Monday, December 24, 2012

Secret And Sacred

As most of you are aware, the world was supposed to end last Friday on December 21, 2012. This thinking was connected to the ending of the Mayan calendar which some assumed was a secret sign of some sort that the Mayans had figured out centuries ago. Many scientists, astronomers, astrologers and everyday folk have sought to unlock the mysteries of ancient civilizations and discover the secrets of how they lived and what they believed. People are always looking for the next big event! As we approach Christmas Day there was a big event that took place not with fanfare but in quietness and holiness. The professors at my alma mater Gordon-Conwell Theological Seminary put together a devotional for the Advent season. One entry in particular caught my attention. It was written by Dr. Peter Kuzmic and focused on preparations for the last celebration Jesus had with His disciples before His crucifixion. Dr. Kuzmic pointed out how "Jesus undertakes several measures of precaution and makes secret arrangements to avoid premature arrest and have privacy for the last and most significant meal with His disciples." Dr. Kuzmic made the point in his devotional that even in the midst of all the chaos and turmoil surrounding Jesus that night, He is always in control and will make provision to spend time of intimate fellowship with those He loves. As I was meditating on this devotional it occurred to me that God at times moves in secret to draw us into the sacred. Jesus drew His disciples into the sacredness and intimacy of that last meal. Likewise when Jesus was born, it was not accompanied by a grand birth announcement to the world but to shepherds watching their flocks by night. (Luke 2:8-15) In the secrecy of Jesus' birth, the shepherds were drawn into the sacredness of that moment, even as the slaughter of boys age 2 and under was happening at the same time per Herod's decree. (Matthew 2:16) God wants to quietly draw each of us into that sacred space in our hearts so we can experience anew the power and the presence of the One who came to redeem us from our sins. Even as the world is in a state of chaos and people are scrambling to get those last minute gifts before the stores close, a baby's cry is once again breaking through the noise. Can you stop long enough to hear it? Can you be quiet enough to enter into the sacred? Can you like Mary treasure up the good news of Christ's birth and ponder it in your heart? (Luke 2:19) I pray that this will be your heart's desire this Christmas season.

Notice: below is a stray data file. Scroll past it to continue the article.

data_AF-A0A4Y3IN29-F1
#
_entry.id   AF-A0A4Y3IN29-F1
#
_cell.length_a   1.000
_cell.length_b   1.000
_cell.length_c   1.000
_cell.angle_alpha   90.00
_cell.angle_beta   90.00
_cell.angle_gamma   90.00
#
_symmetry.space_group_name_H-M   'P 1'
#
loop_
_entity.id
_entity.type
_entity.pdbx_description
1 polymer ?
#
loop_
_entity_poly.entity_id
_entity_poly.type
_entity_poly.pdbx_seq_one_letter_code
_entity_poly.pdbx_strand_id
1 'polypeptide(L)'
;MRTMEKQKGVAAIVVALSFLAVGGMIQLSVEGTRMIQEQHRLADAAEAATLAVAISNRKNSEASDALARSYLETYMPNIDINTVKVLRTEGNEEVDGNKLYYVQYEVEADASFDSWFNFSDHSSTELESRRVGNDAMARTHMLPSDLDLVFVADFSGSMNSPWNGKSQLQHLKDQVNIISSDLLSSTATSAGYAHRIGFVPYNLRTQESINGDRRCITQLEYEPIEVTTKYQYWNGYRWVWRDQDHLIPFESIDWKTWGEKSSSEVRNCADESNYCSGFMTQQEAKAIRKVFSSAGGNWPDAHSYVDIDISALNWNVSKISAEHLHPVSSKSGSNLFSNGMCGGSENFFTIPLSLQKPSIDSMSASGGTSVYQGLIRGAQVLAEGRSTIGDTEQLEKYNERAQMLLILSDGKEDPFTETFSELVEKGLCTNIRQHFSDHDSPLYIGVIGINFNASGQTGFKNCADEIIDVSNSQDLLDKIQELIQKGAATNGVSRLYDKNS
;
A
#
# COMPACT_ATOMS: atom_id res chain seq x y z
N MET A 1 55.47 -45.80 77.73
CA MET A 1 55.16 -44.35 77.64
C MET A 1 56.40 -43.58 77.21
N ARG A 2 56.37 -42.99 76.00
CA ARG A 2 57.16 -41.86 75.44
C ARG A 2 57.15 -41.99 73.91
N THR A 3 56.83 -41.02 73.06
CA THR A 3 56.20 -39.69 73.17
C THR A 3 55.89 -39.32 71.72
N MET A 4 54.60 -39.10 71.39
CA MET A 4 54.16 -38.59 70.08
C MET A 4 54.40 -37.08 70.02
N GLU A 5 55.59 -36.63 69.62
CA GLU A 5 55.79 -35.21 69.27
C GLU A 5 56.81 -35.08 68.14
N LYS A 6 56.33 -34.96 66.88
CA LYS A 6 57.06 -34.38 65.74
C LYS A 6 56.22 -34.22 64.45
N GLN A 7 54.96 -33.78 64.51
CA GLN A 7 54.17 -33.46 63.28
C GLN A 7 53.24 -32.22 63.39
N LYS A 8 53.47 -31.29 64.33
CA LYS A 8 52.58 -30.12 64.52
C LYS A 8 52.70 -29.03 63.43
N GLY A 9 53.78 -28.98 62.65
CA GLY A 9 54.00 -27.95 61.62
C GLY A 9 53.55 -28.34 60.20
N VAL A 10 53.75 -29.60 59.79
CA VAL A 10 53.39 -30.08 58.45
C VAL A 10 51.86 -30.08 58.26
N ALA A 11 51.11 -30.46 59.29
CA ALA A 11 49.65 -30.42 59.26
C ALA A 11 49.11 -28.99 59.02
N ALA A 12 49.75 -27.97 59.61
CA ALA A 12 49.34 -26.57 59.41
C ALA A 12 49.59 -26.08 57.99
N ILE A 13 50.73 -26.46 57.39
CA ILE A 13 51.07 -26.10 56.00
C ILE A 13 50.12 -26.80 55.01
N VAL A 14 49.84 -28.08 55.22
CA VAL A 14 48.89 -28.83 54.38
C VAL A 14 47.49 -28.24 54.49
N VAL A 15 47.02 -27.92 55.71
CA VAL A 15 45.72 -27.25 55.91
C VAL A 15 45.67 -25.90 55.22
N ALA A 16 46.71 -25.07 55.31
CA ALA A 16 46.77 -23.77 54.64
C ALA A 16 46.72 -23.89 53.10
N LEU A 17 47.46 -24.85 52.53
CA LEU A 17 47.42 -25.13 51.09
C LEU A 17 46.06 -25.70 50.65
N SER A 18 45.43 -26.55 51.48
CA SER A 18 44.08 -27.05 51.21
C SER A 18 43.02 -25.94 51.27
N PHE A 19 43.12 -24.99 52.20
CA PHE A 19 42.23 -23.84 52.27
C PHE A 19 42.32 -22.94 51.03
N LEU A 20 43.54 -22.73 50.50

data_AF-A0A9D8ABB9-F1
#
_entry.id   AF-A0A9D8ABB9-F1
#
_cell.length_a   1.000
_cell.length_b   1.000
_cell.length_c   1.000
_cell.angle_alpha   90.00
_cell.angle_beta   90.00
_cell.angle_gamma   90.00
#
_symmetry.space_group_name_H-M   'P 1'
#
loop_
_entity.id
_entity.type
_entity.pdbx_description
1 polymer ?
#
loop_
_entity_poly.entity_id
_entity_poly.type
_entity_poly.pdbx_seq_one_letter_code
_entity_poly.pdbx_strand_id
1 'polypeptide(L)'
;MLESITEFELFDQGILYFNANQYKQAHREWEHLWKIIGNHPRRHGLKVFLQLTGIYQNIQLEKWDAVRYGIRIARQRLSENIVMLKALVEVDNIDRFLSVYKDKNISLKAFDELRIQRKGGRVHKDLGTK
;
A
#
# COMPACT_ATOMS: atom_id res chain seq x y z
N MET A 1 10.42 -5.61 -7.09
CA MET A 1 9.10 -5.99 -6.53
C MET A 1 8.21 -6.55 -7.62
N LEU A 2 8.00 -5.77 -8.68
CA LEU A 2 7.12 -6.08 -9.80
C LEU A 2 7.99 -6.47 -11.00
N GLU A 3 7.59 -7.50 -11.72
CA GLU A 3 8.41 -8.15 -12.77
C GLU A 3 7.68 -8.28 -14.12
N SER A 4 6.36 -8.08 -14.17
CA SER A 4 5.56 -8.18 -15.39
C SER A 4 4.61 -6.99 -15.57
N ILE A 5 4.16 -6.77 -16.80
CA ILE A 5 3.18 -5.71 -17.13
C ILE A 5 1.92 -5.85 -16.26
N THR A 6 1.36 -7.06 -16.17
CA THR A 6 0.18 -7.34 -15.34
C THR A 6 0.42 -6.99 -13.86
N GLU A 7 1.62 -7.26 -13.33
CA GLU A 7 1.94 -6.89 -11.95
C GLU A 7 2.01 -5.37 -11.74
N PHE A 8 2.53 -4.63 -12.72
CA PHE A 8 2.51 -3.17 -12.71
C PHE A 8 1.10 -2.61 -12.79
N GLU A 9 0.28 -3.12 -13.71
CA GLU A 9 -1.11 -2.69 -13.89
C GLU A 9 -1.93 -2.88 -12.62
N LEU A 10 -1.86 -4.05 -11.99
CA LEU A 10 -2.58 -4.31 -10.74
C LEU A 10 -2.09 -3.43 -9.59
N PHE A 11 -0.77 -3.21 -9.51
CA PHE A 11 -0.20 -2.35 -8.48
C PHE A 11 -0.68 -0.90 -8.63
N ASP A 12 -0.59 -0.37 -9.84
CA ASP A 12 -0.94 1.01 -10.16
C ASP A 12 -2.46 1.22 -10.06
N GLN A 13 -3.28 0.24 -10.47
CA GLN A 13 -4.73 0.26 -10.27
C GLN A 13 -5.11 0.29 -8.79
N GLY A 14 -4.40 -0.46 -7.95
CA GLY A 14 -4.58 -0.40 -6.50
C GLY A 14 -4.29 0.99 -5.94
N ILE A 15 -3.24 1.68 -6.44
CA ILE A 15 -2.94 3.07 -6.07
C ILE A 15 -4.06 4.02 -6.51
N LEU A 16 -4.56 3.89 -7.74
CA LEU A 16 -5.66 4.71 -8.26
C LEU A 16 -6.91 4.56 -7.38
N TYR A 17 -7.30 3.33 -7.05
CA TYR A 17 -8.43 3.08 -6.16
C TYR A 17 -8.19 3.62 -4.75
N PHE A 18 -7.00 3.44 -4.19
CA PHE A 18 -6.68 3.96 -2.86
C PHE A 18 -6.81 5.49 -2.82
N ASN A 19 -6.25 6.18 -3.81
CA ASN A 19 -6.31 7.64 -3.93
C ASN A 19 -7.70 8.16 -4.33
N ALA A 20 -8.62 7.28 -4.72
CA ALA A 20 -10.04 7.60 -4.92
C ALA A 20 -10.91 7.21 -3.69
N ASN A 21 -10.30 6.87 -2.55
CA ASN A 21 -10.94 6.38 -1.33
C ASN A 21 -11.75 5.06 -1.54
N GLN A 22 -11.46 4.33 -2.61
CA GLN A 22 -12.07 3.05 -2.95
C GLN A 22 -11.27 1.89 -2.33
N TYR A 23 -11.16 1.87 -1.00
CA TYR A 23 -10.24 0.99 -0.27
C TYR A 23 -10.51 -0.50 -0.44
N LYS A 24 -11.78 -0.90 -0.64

Pastor Sheree

Sunday, December 16, 2012

One Child